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5 Things I Learned in My First Year of Mount Holyoke

In about forty days, I’ll be done with my first year of college. Although it has been immensely draining – physically, mentally, and emotionally – I have already learned more than I could have anticipated. Here are some things I learned in the Fall of 2017 and Spring of 2018:

 

1. Procrastination will not get you anywhere

Although procrastination in high school made you supremely unproductive and you ended up leaving your work for the last minute, you could pull through and get (some) good grades. In college, however, you don’t just have important assignments, but also class participation grades and never-ending readings. And your professors almost always know when you haven’t done them. In high schoo,l you could always just use SparkNotes as your saving grace, but college readings and essays require a more in-depth analysis which you have to prepare for.

 

2. Give yourself enough breaks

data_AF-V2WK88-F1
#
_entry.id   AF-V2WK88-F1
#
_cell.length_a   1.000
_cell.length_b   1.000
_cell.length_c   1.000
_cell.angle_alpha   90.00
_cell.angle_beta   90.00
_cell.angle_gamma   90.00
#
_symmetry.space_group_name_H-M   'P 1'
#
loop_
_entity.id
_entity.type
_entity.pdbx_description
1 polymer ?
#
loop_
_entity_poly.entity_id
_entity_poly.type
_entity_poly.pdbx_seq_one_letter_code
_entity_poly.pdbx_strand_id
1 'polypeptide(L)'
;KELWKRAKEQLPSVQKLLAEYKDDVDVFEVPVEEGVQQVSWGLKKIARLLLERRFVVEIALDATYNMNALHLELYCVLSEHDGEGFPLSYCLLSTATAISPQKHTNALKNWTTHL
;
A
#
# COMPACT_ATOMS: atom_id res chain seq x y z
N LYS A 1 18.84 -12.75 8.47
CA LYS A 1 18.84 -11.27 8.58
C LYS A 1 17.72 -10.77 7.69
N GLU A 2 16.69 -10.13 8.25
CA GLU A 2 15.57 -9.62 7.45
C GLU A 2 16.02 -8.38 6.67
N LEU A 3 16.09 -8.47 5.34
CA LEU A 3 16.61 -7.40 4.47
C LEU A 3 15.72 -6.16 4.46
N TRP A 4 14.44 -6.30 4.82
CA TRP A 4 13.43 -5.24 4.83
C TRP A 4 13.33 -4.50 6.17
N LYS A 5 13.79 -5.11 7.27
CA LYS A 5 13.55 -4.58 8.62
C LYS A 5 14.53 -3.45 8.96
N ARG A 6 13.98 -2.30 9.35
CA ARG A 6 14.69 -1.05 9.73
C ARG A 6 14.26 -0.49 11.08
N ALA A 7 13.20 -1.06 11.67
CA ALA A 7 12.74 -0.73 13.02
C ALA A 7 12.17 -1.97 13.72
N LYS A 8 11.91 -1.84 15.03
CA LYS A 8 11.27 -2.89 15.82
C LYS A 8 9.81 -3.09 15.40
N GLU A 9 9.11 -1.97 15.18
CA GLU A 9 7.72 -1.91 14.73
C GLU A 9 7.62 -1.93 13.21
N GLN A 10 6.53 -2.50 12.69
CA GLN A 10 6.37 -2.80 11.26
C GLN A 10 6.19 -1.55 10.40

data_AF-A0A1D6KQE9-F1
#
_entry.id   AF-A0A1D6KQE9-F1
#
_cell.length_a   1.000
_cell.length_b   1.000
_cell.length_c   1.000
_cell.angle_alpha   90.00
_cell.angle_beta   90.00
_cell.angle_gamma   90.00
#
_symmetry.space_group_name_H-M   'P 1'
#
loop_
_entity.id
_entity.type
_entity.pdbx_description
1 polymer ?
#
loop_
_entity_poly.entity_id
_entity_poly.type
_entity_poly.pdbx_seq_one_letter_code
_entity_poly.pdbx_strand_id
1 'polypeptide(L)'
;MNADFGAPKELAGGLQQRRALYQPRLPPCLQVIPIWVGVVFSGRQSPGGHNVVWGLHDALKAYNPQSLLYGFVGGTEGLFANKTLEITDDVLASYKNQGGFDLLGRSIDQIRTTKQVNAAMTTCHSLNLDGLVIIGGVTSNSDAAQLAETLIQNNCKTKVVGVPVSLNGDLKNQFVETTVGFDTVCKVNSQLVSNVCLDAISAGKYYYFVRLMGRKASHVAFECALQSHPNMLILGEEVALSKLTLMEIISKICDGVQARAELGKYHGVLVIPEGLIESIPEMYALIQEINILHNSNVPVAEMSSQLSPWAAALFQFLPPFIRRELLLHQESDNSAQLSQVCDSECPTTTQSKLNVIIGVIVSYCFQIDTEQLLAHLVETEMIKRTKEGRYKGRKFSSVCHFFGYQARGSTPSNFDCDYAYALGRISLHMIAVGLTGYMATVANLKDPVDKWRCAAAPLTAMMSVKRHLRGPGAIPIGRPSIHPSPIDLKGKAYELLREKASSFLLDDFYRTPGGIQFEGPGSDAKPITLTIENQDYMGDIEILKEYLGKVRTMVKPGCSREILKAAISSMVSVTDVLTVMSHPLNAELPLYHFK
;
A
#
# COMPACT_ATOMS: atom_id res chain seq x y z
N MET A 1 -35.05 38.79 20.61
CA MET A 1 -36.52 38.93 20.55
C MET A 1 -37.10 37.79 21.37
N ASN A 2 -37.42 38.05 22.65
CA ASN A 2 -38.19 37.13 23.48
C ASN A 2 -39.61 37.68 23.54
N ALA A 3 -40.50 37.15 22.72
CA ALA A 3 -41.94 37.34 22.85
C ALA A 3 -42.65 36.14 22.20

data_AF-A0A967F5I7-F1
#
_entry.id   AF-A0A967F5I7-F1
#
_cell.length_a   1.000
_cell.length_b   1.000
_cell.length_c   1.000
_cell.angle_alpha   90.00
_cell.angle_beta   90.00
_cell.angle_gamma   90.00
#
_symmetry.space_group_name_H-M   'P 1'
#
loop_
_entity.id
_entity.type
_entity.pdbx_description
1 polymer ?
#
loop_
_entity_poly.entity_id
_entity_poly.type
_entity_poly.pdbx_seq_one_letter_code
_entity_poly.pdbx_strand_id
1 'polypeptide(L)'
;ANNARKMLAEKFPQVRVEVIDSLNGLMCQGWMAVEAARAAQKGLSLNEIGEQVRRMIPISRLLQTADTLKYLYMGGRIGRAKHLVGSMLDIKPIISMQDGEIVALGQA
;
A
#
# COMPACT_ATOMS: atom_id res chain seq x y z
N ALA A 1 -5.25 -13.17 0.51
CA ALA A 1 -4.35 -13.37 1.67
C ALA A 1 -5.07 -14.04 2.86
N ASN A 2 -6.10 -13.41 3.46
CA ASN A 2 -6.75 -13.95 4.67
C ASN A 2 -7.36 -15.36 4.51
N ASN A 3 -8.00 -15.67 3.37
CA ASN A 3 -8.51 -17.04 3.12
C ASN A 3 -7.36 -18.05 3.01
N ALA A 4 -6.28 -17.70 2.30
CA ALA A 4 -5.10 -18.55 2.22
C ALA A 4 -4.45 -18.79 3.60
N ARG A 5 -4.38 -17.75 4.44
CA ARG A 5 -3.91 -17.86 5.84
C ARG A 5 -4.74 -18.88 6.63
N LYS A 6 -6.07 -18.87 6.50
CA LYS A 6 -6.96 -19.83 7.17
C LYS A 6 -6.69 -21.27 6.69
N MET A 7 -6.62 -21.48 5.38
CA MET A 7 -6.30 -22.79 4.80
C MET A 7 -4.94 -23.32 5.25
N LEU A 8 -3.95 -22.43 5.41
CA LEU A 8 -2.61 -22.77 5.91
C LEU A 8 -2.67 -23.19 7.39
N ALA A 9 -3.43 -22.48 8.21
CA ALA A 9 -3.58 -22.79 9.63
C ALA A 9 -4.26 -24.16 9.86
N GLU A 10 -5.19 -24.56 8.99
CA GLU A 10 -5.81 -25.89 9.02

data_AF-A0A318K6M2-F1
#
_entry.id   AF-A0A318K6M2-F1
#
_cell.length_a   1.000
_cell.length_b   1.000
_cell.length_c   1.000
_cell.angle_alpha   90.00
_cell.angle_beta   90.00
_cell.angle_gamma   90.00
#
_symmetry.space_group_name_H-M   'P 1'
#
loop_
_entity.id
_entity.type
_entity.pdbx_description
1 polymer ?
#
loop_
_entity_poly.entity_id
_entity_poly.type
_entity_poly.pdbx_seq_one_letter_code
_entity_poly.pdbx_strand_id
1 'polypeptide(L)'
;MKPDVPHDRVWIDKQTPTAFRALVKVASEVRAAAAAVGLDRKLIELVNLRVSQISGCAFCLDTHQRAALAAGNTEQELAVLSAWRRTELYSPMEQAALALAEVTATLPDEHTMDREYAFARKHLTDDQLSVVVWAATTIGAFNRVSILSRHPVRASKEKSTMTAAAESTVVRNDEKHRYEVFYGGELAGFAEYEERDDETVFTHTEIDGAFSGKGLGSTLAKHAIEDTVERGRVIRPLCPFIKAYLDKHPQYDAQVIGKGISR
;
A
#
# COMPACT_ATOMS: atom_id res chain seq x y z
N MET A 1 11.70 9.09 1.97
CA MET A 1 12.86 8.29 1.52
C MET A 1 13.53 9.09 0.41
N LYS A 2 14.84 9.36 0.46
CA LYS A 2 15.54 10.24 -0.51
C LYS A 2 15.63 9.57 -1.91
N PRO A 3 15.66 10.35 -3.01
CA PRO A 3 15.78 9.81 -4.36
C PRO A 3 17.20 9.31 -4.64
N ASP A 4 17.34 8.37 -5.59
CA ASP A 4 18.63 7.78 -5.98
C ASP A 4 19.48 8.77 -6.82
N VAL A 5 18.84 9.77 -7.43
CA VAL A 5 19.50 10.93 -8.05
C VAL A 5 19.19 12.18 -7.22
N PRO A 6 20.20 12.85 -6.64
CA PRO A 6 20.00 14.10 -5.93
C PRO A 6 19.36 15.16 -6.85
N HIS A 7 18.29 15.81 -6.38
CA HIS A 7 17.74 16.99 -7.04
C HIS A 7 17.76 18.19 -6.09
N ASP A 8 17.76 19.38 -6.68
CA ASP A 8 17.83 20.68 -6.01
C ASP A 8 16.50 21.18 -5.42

Despite the previous point, I do believe that breaks are important, but they shouldn’t merely be wasting time while you should be studying, but instead, take breaks to watch a movie, go out, listen to music, work out, take a nap, or something else that would subsequently calm you down. Breaks are essential and often neglected, but everyone should definitely take breaks from time to time to relax and refuel.

 

3. Challenge yourself and step out of your comfort zone

This is basically what college is all about. Take classes you’re interested in, but would normally be to scared to take, or talk to people with different opinions, interests, and habits than you. This will not only widen your perspective on things, but will also make you more confident and open to learning.

 

4. Alone time is important

This especially goes out to those of you with roommates. No matter how extroverted one is, living with someone for most of the day, and being surrounded by others for the remaining time period not only inhibits your daily functioning because of lack of freedom, it also hinders your creativity as you have no time alone with your thoughts and to actually reflect on your day, so it’s important to find time for just yourself.

 

5. Academics should not be your only focus

Although studying probably is and should be your primary goal, it should not be at the cost of neglecting extracurriculars. You should ideally find time to join clubs and organizations (or start your own) that reflect your interests and hobbies. And if you like it enough, it could also be a good way to give yourself a productive break from work and other stress that comes with college.

 

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